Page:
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May 23, 2014

Do magistrates need more TLC…and management?

There is low morale on many magistrates’ benches.  This is due to budget cuts, a reduction in court work, a feeling that government does not support the lay magistracy and numerous more mundane issues.  Magistrates resent the bureaucracy involved in reclaiming expenses, penny pinching on tea and coffee and the attitude of some court staff.   At its worst they feel they are treated as hired hands: “When you were in your individual courts they all knew you, your personality, your reliability. They knew what they could get you to do and not to do. That’s all changed. There’s been a turn-over of staff. Now you are just a number. They just give you a slot and stick you in there, it doesn’t matter if you do the same court for umpteen weeks, as long as that slot is filled then their duty has been completed. That’s why I think a lot of magistrates have left”.

There are few people specifically tasked to look after magistrates’ day to day concerns.  Hard pressed HMCTS staff organise rotas and deal with expenses claims, and bench chairmen deal with a myriad of personnel issues.  When Minister Damian Green recently suggested that magistrates should fulfill other roles than sitting in court, a London bench chair suggested people like herself were already overworked looking after over 300 magistrates each, and would be unable to manage more.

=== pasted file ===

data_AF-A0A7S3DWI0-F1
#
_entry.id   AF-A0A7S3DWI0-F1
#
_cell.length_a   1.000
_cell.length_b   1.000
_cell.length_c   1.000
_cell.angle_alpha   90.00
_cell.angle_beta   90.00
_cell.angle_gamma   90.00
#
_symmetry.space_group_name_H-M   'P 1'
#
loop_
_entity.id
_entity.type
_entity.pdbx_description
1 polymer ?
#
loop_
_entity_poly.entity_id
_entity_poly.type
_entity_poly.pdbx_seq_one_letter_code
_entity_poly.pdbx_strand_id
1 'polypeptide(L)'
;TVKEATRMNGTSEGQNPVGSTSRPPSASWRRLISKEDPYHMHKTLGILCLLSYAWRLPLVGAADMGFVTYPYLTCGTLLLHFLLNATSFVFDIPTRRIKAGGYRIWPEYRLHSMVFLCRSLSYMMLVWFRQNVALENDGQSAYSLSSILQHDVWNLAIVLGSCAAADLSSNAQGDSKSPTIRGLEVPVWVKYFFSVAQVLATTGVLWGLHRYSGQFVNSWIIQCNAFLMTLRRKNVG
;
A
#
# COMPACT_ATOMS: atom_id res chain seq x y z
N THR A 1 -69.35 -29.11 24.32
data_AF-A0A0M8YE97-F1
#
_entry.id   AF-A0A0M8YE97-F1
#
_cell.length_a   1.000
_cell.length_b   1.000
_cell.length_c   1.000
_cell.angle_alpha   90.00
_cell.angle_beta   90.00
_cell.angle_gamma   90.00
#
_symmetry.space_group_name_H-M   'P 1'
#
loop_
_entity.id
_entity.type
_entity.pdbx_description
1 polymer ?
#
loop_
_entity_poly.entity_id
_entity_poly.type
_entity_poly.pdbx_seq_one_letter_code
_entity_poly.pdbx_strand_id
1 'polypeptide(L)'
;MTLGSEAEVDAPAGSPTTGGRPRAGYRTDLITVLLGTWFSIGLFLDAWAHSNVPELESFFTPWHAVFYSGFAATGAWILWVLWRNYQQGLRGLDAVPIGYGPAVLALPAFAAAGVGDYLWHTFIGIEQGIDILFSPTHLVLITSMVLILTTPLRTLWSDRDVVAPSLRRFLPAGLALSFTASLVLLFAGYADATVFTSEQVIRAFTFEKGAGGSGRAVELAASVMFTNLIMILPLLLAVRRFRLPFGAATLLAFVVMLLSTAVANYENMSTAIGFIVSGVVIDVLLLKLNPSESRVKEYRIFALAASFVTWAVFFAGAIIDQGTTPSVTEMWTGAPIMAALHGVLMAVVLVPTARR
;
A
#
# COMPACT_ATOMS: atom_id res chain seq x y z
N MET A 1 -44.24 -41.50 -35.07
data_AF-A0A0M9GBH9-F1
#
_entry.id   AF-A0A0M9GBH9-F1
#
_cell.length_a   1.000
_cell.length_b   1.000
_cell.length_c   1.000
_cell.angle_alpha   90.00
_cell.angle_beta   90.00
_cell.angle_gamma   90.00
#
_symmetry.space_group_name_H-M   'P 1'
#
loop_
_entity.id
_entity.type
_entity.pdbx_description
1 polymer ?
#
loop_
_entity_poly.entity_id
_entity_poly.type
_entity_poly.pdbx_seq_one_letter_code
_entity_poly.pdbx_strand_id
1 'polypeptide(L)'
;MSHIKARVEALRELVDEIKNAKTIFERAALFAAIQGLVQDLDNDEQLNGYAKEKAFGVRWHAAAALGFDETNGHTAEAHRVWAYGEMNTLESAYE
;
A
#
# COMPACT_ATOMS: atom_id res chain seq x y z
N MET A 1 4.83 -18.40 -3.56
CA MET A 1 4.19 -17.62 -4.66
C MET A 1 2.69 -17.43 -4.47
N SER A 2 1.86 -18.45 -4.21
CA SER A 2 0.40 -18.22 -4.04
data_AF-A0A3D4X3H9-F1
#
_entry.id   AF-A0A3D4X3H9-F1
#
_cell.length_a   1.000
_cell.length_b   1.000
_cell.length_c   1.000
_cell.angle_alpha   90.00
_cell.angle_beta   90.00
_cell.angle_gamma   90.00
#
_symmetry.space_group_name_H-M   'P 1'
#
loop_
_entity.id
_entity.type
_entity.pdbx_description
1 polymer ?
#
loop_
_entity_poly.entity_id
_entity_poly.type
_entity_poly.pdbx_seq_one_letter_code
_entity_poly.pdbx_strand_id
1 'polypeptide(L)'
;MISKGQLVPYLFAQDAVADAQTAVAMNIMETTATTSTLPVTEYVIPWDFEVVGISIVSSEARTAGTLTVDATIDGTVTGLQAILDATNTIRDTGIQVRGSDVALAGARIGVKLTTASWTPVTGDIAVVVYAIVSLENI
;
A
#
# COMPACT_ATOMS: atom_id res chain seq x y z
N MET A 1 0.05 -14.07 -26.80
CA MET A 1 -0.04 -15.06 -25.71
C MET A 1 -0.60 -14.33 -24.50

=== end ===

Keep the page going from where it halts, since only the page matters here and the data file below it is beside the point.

Everything points to me to a missing role in the courts service – someone whose paid job is to look after the needs of magistrates.  In nearly every big organisation which uses volunteers, there are a team of volunteer managers.  They manage volunteers – their time, training and expenses – and try to resolve their problems.  There are qualifications available in volunteer management. Thousands are employed across the country.  A glance at a charity employment website revealed over 50 vacancies for volunteer managers.

Great though most HMCTS staff are, many do not have qualifications in managing people or in HR, let alone managing volunteers. Introducing people with these skills into the mix of those who “look after” magistrates won’t resolve all magistrates’ concerns, but may address some of them.